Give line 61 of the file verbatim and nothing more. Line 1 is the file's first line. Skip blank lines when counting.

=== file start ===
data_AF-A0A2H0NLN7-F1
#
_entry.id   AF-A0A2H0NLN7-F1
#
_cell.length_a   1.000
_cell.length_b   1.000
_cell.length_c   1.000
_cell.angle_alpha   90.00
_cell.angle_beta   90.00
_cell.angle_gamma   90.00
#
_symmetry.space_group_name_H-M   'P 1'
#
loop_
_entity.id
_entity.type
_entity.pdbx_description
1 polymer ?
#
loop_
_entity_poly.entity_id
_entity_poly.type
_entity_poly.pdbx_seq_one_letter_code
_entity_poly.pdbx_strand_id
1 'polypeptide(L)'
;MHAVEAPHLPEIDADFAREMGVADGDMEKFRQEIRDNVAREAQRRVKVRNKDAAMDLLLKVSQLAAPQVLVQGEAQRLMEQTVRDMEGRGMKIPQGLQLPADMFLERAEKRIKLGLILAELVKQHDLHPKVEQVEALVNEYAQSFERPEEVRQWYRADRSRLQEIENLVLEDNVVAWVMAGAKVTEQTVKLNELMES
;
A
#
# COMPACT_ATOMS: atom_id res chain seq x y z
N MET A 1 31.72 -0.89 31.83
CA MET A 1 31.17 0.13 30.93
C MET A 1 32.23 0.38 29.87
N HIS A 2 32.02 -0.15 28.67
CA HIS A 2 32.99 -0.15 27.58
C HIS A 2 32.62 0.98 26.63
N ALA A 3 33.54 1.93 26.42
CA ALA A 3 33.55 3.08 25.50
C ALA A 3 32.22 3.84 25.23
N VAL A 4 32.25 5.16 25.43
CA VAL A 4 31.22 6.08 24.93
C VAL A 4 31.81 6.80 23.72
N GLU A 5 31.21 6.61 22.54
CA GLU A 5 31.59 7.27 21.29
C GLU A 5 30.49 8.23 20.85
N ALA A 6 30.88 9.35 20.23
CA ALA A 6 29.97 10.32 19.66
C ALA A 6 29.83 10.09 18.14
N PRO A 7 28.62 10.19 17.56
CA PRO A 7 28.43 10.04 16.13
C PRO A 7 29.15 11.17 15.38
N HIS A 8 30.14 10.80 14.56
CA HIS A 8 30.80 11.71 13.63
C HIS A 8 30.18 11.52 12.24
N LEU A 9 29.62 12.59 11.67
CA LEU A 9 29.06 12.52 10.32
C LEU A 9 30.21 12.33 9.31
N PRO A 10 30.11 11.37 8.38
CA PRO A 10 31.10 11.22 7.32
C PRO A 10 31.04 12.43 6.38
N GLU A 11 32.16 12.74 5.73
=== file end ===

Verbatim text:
N GLU A 11 32.16 12.74 5.73